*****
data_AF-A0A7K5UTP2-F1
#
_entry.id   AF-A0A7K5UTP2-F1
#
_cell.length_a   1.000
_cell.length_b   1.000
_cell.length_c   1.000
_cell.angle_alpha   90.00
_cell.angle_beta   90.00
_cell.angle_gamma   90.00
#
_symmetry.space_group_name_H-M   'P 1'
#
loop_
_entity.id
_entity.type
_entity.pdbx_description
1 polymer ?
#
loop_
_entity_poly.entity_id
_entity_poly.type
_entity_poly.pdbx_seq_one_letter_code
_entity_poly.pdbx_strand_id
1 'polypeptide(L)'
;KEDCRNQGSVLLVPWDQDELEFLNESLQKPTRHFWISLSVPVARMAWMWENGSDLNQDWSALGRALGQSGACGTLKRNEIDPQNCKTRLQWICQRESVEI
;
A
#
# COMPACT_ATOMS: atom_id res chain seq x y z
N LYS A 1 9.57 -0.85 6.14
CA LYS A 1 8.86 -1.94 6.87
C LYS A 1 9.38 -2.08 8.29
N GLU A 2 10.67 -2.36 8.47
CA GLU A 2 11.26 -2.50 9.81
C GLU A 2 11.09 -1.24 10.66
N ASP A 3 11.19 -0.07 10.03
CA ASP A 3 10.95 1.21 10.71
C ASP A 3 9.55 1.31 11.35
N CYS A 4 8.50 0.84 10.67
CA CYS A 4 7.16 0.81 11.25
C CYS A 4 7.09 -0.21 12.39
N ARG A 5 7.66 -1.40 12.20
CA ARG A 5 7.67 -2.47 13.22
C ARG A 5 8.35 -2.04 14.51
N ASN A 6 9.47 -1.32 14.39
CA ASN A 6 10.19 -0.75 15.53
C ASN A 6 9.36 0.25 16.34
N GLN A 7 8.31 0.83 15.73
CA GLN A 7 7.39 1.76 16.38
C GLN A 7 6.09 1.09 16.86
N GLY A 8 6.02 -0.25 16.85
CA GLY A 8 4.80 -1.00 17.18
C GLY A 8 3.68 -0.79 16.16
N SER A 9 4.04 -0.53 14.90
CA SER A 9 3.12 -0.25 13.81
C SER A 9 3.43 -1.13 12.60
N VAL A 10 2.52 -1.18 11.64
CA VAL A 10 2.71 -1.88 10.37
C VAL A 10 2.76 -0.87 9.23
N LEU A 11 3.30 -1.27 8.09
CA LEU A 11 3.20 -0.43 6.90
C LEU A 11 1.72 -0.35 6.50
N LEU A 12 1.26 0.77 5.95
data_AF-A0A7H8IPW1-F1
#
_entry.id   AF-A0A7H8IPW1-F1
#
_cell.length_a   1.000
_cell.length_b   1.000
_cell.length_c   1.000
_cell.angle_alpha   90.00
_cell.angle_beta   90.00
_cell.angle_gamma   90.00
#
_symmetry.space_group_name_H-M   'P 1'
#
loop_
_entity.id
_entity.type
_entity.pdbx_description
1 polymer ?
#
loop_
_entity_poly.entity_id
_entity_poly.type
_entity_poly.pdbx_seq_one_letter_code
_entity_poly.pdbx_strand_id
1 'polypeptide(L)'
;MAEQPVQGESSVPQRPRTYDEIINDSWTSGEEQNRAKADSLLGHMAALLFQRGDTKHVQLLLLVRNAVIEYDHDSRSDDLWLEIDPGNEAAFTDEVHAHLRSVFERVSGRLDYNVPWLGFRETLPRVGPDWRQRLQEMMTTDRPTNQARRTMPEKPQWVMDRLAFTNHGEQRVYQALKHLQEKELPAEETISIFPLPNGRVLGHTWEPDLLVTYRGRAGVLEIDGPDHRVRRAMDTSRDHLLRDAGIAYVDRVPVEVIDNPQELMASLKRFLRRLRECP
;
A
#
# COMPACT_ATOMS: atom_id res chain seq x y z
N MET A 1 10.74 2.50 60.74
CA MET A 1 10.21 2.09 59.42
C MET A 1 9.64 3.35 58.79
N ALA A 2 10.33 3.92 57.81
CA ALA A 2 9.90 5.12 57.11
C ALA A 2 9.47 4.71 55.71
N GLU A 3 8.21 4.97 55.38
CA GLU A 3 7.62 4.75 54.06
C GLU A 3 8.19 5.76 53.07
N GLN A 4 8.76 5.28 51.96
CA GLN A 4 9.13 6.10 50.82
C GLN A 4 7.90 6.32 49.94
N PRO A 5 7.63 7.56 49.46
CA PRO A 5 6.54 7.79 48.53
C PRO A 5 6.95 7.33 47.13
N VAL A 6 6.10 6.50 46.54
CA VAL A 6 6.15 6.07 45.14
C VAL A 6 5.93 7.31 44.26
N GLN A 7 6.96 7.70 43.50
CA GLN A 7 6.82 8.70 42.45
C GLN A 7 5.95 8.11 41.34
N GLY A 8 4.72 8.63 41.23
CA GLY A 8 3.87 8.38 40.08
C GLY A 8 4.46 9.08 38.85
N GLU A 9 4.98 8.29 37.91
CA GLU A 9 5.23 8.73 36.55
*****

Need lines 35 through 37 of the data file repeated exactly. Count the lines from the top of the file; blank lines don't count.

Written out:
CA GLU A 2 11.26 -2.50 9.81
C GLU A 2 11.09 -1.24 10.66
N ASP A 3 11.19 -0.07 10.03